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I lack Faith

Discussion in 'Struggles by Non-Christians' started by Paleophyte, Sep 29, 2017.

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  1. Drick

    Drick Member

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    It's not about faith in certain victory, but certain knowledge of a narrow chance of victory.
     
  2. JIMINZ

    JIMINZ Well-Known Member

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    What your asking is exactly the reason it is called Faith, because having not seen, yet we believe.

    Here are some verses about Faith.

    But, is it Faith your asking about, or is it Salvation, a Belief in Jesus?

    John 20:29
    Jesus saith unto him, Thomas, because thou hast seen me, thou hast believed:
    blessed are they that have not seen, and yet have believed.

    Rom. 8:24,25
    24) For we are saved by hope:
    but hope that is seen is not hope:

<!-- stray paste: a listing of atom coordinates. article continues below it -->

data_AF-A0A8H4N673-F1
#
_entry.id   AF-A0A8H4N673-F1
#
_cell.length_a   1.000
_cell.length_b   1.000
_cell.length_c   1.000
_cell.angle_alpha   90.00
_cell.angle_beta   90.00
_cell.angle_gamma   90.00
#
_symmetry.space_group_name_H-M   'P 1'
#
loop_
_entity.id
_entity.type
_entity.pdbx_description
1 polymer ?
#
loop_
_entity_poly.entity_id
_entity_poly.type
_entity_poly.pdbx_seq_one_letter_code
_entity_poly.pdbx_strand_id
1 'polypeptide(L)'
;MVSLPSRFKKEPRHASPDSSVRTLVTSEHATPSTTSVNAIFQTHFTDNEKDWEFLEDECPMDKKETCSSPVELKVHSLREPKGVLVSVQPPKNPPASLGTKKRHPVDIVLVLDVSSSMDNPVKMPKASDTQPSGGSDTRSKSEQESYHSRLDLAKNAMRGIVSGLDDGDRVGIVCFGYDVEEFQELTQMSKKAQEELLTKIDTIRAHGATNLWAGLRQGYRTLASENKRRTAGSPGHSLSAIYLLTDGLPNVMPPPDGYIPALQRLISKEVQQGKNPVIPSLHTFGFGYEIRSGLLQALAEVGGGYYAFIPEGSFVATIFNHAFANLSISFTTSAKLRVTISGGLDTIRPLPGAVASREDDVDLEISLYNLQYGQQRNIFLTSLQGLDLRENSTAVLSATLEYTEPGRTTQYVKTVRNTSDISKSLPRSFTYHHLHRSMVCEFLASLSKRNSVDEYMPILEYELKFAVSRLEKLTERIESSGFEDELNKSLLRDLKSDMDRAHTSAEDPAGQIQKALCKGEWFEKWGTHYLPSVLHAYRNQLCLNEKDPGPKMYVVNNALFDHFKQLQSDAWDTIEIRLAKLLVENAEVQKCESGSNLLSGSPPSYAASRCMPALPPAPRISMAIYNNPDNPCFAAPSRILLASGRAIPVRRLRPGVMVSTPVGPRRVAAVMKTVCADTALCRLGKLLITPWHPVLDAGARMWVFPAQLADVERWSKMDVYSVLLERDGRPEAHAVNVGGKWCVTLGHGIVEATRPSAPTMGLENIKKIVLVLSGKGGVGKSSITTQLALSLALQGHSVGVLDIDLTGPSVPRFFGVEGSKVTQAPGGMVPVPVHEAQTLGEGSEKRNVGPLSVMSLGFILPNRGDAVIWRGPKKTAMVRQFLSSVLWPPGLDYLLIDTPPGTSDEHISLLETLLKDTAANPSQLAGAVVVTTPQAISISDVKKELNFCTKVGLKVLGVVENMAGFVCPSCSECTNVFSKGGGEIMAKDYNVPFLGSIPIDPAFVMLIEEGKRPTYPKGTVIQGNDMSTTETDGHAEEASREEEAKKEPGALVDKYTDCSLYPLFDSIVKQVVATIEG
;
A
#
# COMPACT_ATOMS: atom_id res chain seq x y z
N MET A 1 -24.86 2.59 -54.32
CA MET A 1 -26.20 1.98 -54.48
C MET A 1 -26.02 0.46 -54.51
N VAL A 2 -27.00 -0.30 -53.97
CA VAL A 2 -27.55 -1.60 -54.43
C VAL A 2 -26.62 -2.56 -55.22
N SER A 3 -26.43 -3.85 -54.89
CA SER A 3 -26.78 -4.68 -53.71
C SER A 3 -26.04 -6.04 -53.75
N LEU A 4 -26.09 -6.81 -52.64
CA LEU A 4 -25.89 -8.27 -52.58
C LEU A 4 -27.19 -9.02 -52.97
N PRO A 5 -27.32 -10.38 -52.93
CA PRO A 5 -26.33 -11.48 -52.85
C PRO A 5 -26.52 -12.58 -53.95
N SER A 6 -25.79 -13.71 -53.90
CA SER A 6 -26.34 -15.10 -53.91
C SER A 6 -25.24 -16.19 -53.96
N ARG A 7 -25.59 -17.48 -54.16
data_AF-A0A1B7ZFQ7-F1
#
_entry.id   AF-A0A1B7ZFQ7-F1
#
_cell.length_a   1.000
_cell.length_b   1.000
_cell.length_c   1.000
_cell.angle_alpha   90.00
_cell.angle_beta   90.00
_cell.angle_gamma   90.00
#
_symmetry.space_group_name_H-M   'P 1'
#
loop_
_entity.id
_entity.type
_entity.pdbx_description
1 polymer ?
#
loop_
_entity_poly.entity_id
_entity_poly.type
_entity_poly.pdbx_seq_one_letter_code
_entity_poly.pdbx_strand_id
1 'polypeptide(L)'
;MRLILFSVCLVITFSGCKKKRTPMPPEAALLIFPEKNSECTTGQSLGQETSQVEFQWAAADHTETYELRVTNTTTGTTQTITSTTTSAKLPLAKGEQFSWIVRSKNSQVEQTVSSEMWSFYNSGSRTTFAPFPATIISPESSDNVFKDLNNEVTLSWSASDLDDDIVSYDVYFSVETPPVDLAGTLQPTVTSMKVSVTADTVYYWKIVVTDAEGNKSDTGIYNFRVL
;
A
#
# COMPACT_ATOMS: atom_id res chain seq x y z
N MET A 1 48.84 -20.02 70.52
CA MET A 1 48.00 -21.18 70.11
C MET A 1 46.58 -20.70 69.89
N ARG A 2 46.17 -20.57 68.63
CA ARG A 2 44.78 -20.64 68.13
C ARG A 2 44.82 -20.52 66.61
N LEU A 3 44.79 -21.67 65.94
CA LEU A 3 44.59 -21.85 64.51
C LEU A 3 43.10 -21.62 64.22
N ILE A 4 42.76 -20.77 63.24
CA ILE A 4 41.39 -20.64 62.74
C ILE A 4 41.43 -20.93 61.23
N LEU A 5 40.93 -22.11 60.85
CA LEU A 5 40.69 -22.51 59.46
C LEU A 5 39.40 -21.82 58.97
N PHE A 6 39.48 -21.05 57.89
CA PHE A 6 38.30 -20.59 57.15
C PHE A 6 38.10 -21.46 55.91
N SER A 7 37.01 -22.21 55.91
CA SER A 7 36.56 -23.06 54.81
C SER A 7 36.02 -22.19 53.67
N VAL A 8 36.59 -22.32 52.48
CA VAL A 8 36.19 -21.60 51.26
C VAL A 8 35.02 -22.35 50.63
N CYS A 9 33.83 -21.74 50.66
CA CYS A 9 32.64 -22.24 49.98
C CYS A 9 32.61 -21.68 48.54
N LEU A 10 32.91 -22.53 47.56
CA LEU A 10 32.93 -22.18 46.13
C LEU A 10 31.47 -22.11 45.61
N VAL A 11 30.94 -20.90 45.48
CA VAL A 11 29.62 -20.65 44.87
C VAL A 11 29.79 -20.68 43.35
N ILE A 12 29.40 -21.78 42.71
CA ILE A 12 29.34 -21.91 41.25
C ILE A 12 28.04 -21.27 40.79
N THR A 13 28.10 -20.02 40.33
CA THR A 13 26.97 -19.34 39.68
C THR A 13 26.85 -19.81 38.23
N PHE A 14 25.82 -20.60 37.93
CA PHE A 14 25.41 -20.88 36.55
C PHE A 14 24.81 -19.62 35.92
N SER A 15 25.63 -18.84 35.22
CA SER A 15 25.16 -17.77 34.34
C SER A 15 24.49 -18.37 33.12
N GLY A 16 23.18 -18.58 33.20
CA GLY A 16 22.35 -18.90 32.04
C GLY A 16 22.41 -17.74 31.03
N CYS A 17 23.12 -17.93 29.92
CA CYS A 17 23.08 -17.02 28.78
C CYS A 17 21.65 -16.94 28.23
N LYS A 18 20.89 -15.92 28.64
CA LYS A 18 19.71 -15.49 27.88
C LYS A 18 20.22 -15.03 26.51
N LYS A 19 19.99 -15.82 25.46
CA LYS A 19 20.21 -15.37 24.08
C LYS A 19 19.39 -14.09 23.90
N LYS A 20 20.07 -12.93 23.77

for what a man seeth, why doth he yet hope for?
    25) But if we hope for that we see not,
    then do we with patience wait for it.

    Heb. 11:6
    But without faith it is impossible to please him:
    for he that cometh to God must believe that he is,
    and that he is a rewarder of them that diligently seek him.

    2Cor. 5:7
    (For we walk by faith, not by sight.

    Heb. 11:1
    Now faith is the substance of things hoped for,
    the evidence of things not seen.

    Eph. 2:8
    For by grace are ye saved through faith;
    and that not of yourselves:
    it is the gift of God:
     
    Last edited: Sep 29, 2017
  3. Dave G.

    Dave G. Well-Known Member

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    I like your analogy because in your analogy you are powerless to do anything but trust in the pilot ! Some people have Jesus as copilot in their lives, that isn't faith it's a backup plan that has Jesus playing secondary roles. If in your story you had faith in the copilot vs the pilot there generally wouldn't be much effect. Cool analogy I'm glad you wrote this !
     
  4. xianghua

    xianghua Well-Known Member

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    first: i think that we can prove that god exist. you can check my argument here: